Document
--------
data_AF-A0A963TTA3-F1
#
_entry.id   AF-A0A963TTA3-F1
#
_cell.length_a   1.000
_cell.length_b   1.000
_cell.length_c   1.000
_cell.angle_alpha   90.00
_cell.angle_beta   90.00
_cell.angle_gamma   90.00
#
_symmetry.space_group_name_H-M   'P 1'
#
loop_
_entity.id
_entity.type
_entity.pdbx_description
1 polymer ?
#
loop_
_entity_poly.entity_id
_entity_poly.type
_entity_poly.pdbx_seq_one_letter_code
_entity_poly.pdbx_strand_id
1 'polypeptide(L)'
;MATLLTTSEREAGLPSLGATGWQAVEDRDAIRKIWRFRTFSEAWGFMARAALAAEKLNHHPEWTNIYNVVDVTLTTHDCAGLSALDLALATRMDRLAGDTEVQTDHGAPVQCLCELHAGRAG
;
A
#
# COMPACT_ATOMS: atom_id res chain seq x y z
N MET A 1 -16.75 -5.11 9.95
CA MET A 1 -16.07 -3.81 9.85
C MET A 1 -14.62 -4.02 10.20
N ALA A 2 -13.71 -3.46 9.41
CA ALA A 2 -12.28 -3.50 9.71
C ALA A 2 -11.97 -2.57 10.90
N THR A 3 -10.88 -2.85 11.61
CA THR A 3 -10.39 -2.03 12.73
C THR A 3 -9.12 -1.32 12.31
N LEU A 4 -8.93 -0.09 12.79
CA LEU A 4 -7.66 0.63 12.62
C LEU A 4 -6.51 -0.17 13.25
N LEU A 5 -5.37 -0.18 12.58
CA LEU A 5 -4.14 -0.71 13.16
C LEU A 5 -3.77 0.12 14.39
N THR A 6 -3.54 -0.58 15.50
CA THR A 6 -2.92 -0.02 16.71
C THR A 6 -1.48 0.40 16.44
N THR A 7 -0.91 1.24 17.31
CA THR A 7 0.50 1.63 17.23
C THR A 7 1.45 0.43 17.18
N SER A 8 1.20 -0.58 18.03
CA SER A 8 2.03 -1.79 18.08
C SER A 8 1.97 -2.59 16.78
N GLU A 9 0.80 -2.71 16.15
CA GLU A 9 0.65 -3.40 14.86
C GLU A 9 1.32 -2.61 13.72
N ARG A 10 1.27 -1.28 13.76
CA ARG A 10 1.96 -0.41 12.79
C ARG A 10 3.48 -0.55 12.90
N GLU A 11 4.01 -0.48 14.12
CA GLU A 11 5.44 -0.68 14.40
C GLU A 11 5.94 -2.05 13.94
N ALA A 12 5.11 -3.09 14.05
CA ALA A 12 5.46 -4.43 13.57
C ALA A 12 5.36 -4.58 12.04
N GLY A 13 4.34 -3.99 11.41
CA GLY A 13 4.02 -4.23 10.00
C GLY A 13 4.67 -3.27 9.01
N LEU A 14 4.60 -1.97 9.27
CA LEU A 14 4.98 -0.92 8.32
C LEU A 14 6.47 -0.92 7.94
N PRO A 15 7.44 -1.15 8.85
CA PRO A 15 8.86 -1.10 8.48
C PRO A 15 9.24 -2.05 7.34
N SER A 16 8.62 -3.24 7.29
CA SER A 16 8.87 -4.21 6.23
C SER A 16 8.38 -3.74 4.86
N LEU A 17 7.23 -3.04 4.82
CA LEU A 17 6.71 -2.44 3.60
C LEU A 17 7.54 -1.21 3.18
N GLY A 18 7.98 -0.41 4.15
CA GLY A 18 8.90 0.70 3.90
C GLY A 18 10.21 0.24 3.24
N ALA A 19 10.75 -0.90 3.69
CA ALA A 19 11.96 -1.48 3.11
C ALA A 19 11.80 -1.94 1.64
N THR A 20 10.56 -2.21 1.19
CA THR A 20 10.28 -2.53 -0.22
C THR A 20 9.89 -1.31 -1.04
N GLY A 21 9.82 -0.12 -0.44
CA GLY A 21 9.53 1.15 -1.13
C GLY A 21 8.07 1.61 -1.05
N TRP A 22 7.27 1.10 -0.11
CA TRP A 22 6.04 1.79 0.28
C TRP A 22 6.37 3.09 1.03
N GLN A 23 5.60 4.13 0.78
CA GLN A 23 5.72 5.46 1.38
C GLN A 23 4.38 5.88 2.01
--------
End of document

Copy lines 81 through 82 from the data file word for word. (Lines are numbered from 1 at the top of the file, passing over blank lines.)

C LEU A 17 7.54 -1.21 3.18
N GLY A 18 7.98 -0.41 4.15